In the midst of them, the blackest and largest in that dark setting, reclined James Hook, or as he wrote himself, Jas. Hook, of whom it is said he was the only man that the Sea-Cook feared. He lay at his ease in a rough chariot drawn and propelled by his men, and instead of a right hand he had the iron hook with which ever and anon he encouraged them to increase their pace. As dogs this terrible man treated and addressed them, and as dogs they obeyed him. In person he was cadaverous [dead looking] and blackavized [dark faced], and his hair was dressed in long curls, which at a little distance looked like black candles, and gave a singularly threatening expression to his handsome countenance. His eyes were of the blue of the forget-me-not, and of a profound melancholy, save when he was plunging his hook into you, at which time two red spots appeared in them and lit them up horribly. In manner, something of the grand seigneur still clung to him, so that he even ripped you up with an air, and I have been told that he was a RACONTEUR [storyteller] of repute. He was never more sinister than when he was most polite, which is probably the truest test of breeding; and the elegance of his diction, even when he was swearing, no less than the distinction of his demeanour, showed him one of a different cast from his crew. A man of indomitable courage, it was said that the only thing he shied at was the sight of his own blood, which was thick and of an unusual colour. In dress he somewhat aped the attire associated with the name of Charles II, having heard it said in some earlier period of his career that he bore a strange resemblance to the ill-fated Stuarts; and in his mouth he had a holder of his own contrivance which enabled him to smoke two cigars at once. But undoubtedly the grimmest part of him was his iron claw.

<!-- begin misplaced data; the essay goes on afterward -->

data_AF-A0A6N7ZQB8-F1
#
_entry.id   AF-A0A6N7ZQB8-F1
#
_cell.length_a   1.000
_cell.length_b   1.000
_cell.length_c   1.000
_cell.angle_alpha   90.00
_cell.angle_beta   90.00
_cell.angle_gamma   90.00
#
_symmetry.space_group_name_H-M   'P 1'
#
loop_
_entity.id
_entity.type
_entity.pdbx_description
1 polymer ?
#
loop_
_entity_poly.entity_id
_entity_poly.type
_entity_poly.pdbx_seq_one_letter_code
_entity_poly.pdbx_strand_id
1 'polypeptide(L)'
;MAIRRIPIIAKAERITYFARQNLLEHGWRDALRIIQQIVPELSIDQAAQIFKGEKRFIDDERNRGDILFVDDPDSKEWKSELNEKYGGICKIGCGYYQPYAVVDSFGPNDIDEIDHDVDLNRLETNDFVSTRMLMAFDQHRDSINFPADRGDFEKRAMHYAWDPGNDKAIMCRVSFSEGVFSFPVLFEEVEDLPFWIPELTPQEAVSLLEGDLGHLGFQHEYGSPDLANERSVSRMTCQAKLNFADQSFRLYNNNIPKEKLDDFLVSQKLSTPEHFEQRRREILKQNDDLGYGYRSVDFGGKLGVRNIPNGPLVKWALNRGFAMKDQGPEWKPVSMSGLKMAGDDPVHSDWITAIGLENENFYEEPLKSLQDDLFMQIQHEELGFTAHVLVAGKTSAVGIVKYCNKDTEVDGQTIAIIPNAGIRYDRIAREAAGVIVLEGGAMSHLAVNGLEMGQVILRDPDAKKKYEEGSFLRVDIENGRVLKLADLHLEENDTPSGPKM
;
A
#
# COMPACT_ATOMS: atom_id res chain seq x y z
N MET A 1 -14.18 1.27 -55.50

Let us now kill a pirate, to show Hook's method. Skylights will do. As they pass, Skylights lurches clumsily against him, ruffling his lace collar; the hook shoots forth, there is a tearing sound and one screech, then the body is kicked aside, and the pirates pass on. He has not even taken the cigars from his mouth.
Such is the terrible man against whom Peter Pan is pitted. Which will win?
On the trail of the pirates, stealing noiselessly down the war- path, which is not visible to inexperienced eyes, come the redskins, every one of them with his eyes peeled. They carry tomahawks and knives, and their naked bodies gleam with paint and oil. Strung around them are scalps, of boys as well as of pirates, for these are the Piccaninny tribe, and not to be confused with the softer-hearted Delawares or the Hurons. In the van, on all fours, is Great Big Little Panther, a brave of so many scalps that in his present position they somewhat impede his progress. Bringing up the rear, the place of greatest danger, comes Tiger Lily, proudly erect, a princess in her own right. She is the most beautiful of dusky Dianas [Diana = goddess of the woods] and the belle of the Piccaninnies, coquettish [flirting], cold and amorous [loving] by turns; there is not a brave who would not have the wayward thing to wife, but she staves off the altar with a hatchet. Observe how they pass over fallen twigs without making the slightest noise. The only sound to be heard is their somewhat heavy breathing. The fact is that they are all a little fat just now after the heavy gorging, but in time they will work this off. For the moment, however, it constitutes their chief danger.
The redskins disappear as they have come like shadows, and soon their place is taken by the beasts, a great and motley procession: lions, tigers, bears, and the innumerable smaller savage things that flee from them, for every kind of beast, and, more particularly, all the man-eaters, live cheek by jowl on the favoured island. Their tongues are hanging out, they are hungry to-night.
When they have passed, comes the last figure of all, a gigantic crocodile. We shall see for whom she is looking presently.